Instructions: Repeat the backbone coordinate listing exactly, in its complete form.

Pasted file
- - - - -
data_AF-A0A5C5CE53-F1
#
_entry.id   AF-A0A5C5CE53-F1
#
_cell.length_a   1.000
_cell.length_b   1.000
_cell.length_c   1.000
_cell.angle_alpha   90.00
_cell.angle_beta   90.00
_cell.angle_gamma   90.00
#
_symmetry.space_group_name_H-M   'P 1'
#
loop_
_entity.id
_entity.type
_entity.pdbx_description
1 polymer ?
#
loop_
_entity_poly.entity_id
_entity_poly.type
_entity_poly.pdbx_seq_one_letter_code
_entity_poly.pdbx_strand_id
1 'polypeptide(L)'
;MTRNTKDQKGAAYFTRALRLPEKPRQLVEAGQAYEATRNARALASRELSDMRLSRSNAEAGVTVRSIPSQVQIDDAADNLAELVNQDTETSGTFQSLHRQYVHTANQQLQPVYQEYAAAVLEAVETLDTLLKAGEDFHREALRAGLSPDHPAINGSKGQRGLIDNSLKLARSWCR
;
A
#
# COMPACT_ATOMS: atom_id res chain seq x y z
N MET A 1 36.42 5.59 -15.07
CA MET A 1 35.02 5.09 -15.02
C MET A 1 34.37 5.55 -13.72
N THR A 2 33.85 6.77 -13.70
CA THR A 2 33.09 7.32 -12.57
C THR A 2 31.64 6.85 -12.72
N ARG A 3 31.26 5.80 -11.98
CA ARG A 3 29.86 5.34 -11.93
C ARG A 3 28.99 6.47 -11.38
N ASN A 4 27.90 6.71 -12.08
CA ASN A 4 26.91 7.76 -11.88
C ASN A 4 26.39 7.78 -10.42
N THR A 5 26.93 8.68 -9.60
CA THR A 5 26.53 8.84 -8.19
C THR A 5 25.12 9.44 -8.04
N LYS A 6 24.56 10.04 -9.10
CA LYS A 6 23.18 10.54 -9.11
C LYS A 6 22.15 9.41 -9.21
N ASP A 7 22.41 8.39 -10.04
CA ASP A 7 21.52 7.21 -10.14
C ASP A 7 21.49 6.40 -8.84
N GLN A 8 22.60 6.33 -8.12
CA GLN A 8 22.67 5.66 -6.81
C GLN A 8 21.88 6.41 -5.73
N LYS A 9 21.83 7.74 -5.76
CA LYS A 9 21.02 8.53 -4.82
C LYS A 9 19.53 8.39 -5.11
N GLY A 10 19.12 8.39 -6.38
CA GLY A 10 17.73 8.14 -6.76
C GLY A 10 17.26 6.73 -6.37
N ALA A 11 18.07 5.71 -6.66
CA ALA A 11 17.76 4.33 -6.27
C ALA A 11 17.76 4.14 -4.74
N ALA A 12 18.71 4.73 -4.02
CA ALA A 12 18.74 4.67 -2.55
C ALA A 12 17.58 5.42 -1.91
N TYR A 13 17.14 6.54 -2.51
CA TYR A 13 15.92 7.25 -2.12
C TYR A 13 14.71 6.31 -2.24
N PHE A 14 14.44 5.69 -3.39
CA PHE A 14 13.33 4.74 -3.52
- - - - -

data_AF-A0A5C5CE53-F1
#
_entry.id   AF-A0A5C5CE53-F1
#
_cell.length_a   1.000
_cell.length_b   1.000
_cell.length_c   1.000
_cell.angle_alpha   90.00
_cell.angle_beta   90.00
_cell.angle_gamma   90.00
#
_symmetry.space_group_name_H-M   'P 1'
#
loop_
_entity.id
_entity.type
_entity.pdbx_description
1 polymer ?
#
loop_
_entity_poly.entity_id
_entity_poly.type
_entity_poly.pdbx_seq_one_letter_code
_entity_poly.pdbx_strand_id
1 'polypeptide(L)'
;MTRNTKDQKGAAYFTRALRLPEKPRQLVEAGQAYEATRNARALASRELSDMRLSRSNAEAGVTVRSIPSQVQIDDAADNLAELVNQDTETSGTFQSLHRQYVHTANQQLQPVYQEYAAAVLEAVETLDTLLKAGEDFHREALRAGLSPDHPAINGSKGQRGLIDNSLKLARSWCR
;
A
#
# COMPACT_ATOMS: atom_id res chain seq x y z
N MET A 1 36.42 5.59 -15.07
CA MET A 1 35.02 5.09 -15.02
C MET A 1 34.37 5.55 -13.72
N THR A 2 33.85 6.77 -13.70
CA THR A 2 33.09 7.32 -12.57
C THR A 2 31.64 6.85 -12.72
N ARG A 3 31.26 5.80 -11.98
CA ARG A 3 29.86 5.34 -11.93
C ARG A 3 28.99 6.47 -11.38
N ASN A 4 27.90 6.71 -12.08
CA ASN A 4 26.91 7.76 -11.88
C ASN A 4 26.39 7.78 -10.42
N THR A 5 26.93 8.68 -9.60
CA THR A 5 26.53 8.84 -8.19
C THR A 5 25.12 9.44 -8.04
N LYS A 6 24.56 10.04 -9.10
CA LYS A 6 23.18 10.54 -9.11
C LYS A 6 22.15 9.41 -9.21
N ASP A 7 22.41 8.39 -10.04
CA ASP A 7 21.52 7.21 -10.14
C ASP A 7 21.49 6.40 -8.84
N GLN A 8 22.60 6.33 -8.12
CA GLN A 8 22.67 5.66 -6.81
C GLN A 8 21.88 6.41 -5.73
N LYS A 9 21.83 7.74 -5.76
CA LYS A 9 21.02 8.53 -4.82
C LYS A 9 19.53 8.39 -5.11
N GLY A 10 19.12 8.39 -6.38
CA GLY A 10 17.73 8.14 -6.76
C GLY A 10 17.26 6.73 -6.37
N ALA A 11 18.07 5.71 -6.66
CA ALA A 11 17.76 4.33 -6.27
C ALA A 11 17.76 4.14 -4.74
N ALA A 12 18.71 4.73 -4.02
CA ALA A 12 18.74 4.67 -2.55
C ALA A 12 17.58 5.42 -1.91
N TYR A 13 17.14 6.54 -2.51
CA TYR A 13 15.92 7.25 -2.12
C TYR A 13 14.71 6.31 -2.24
N PHE A 14 14.44 5.69 -3.39
CA PHE A 14 13.33 4.74 -3.52